Jan 15 2021 - Netflix Raises Streaming Stakes With Latest Expansions In Key Area
- The end of 2020 marked a time of transition for the movie industry where the challenge posed to the traditional model by streaming was escalated due to the pandemic.
- With Disney’s astronomical growth in such a short period of time and HBO Max making clear it wasn’t shying away from the challenge, many wondered how Netflix would respond.
- As it turns out, Netflix’s counter-moves were two-fold and involve a new weekly drop of top-tier films and a long-term deal with Kevin Hart.
- These 70+ movies span every genre and come at a time where people are searching for at-home entertainment with the same type look, feel and big name talent as theaters.
- The company also announced a new deal with comedian Kevin Hart for a package of four films that is reminiscent of the successful pact it previously made with Adam Sandler.
The end of 2020 marked a time of transition for the movie industry. Disney revealed a path that would promote unity and collaboration between its TV shows and films, while HBO Max went down a different path that has set up a feud between them and industry creatives.
Two completely different strategies to be sure.
We can debate who was right, who was wrong and what exactly the future holds but truthfully it is too early to do that. Disney picked up a few key wins in the fourth quarter, as did HBO Max, but the long-term impact is still not clear to analysts or investors.
What is clear though is that Netflix was going to have a response. This is a company that every time someone (foolishly) assumes they are painted into a corner, finds a way to magically expand the room.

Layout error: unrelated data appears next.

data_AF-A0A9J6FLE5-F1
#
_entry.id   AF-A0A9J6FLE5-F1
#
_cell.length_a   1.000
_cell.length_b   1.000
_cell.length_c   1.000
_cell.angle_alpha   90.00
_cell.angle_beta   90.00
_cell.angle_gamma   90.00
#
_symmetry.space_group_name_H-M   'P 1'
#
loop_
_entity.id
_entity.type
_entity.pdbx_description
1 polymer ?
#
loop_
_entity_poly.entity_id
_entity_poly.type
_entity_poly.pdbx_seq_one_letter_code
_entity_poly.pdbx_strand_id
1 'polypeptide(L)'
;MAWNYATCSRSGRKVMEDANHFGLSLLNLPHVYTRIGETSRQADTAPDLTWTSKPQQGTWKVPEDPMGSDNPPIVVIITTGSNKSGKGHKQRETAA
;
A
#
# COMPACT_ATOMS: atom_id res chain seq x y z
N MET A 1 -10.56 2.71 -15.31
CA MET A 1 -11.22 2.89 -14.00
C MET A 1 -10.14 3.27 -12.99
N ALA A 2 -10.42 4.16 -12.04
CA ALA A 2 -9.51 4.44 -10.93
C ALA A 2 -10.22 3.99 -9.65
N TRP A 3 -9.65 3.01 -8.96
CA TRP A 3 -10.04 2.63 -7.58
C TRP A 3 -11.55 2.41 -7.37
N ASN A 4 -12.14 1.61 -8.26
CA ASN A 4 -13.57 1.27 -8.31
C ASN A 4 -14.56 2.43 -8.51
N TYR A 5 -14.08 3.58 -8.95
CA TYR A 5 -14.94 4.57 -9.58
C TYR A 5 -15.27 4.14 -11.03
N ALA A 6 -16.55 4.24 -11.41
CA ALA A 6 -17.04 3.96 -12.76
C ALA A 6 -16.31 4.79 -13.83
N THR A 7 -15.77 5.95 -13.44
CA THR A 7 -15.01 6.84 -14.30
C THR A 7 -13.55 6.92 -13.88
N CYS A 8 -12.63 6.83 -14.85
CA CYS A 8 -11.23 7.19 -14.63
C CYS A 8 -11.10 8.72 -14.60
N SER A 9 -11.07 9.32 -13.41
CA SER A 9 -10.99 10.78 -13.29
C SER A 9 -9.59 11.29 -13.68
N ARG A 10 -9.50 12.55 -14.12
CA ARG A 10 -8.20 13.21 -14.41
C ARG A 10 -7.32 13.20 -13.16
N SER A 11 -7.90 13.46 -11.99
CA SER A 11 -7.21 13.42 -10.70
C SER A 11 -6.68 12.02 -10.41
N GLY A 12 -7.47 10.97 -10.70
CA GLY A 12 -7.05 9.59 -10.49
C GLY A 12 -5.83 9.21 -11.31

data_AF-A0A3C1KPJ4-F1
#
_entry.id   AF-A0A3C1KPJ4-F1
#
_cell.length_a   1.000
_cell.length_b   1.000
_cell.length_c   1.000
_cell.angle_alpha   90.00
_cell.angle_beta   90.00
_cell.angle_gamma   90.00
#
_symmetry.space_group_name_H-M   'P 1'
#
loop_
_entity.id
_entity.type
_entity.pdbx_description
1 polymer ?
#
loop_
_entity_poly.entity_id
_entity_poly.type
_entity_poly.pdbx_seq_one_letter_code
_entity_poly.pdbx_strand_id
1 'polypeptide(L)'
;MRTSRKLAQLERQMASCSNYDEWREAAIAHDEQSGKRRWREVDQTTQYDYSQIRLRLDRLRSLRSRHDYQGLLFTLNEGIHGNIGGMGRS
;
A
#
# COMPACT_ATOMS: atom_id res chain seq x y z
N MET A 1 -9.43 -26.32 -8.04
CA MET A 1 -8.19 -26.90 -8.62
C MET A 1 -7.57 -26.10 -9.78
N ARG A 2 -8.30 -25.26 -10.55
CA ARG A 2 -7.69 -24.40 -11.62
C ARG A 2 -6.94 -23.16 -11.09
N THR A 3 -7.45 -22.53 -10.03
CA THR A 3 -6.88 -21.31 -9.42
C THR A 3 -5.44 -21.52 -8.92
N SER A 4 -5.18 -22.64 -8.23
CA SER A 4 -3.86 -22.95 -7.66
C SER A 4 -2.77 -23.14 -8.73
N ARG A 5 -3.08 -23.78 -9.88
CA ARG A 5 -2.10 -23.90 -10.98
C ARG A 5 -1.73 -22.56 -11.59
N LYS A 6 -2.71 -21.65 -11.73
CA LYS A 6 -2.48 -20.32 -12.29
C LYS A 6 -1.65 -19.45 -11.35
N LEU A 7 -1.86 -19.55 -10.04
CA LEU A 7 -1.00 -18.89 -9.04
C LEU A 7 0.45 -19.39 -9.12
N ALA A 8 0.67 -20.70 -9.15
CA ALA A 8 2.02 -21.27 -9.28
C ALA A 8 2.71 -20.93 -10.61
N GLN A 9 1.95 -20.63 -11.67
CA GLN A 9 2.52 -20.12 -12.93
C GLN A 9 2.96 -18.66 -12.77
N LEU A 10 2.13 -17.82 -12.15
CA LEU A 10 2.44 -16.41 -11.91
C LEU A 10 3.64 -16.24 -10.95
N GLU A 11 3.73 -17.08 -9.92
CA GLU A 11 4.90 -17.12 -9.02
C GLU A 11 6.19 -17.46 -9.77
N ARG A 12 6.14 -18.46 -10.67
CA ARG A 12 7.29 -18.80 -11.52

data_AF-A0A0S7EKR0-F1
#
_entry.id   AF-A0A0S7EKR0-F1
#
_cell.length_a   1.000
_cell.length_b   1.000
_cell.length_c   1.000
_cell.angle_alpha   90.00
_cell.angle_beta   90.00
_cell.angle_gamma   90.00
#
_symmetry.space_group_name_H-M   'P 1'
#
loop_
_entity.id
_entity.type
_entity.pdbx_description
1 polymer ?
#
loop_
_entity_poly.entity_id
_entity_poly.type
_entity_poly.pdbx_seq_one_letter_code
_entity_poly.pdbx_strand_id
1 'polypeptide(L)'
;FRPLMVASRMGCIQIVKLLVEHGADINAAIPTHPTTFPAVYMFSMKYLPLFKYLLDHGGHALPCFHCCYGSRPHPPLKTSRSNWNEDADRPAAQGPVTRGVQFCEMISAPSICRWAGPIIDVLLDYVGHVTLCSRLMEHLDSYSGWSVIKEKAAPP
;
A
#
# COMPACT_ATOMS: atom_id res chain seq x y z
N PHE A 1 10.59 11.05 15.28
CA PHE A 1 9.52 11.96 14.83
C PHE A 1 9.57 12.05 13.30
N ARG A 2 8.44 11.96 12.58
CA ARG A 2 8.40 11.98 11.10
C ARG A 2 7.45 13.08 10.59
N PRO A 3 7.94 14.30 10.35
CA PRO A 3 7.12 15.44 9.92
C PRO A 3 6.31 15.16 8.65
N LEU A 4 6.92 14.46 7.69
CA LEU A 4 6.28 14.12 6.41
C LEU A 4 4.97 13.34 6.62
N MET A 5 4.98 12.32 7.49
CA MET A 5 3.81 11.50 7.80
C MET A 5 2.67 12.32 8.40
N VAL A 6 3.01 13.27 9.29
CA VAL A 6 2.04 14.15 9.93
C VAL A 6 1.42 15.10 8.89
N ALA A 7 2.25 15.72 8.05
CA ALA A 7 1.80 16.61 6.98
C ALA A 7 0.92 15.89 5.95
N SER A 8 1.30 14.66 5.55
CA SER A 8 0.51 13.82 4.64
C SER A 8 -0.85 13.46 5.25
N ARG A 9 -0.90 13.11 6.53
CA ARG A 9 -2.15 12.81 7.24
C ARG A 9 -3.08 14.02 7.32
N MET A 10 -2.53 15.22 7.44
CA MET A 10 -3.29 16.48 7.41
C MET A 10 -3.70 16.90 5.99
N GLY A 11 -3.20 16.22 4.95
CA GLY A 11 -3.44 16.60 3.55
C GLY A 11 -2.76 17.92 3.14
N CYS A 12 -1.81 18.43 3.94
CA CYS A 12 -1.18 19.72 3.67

First as always, some background.
The streaming leader didn’t wait long to unveil its counter-plans to the moves of its rivals. Just days into 2021 you can already tell a lot of time, thought and money went into this new approach – it wasn’t a knee-jerk response. This has the potential to continue disrupting a market that will be in a constant state of flux for a long time to come.
With Disney’s astronomical growth in such a short period of time and HBO Max (aka AT&T) making clear it wasn’t shying away from the challenge, all eyes fell on Netflix. As I alluded to in an earlier piece, the various shifts in the market were going to impact the streamer, but not in ways they weren’t prepared for.
Remember Netflix was built on acquisitions (largely TV based) with the idea being come for the content you know, stay for the content we create. Fully aware one day that model would be less feasible because the networks and studios would wise up and hold back that content.
It is the same thing here except with film.
Netflix can’t just go out and as easily buy the projects studios don’t want or have lost faith in anymore – many of those are now earmarked for their own personal services (regardless of the level of expectations). As a result, I noted Netflix would just have to focus on its own content, and it did.
Netflix revealed this week a plan for over 70 new movies a year, which boils down to at least one new movie a week. And these (of course) are not throwaway films with B-level talent, if you run through a list in your mind about your favorite actors of today, the odds are you’ll find a film with a handful of them in there.
Jennifer Lawrence, Leonardo DiCaprio, Dwayne Johnson and Meryl Streep are just some of the names coming into your living room or on your mobile device.
These movies span every genre and come at a time where people are looking for at-home entertainment on or above the level of what you would normally see theatrically. With many film and TV productions on a temporary pause due to COVID, having this many projects banked and ready to go solidifies Netflix’s role in the new entertainment landscape and also increasing investor confidence.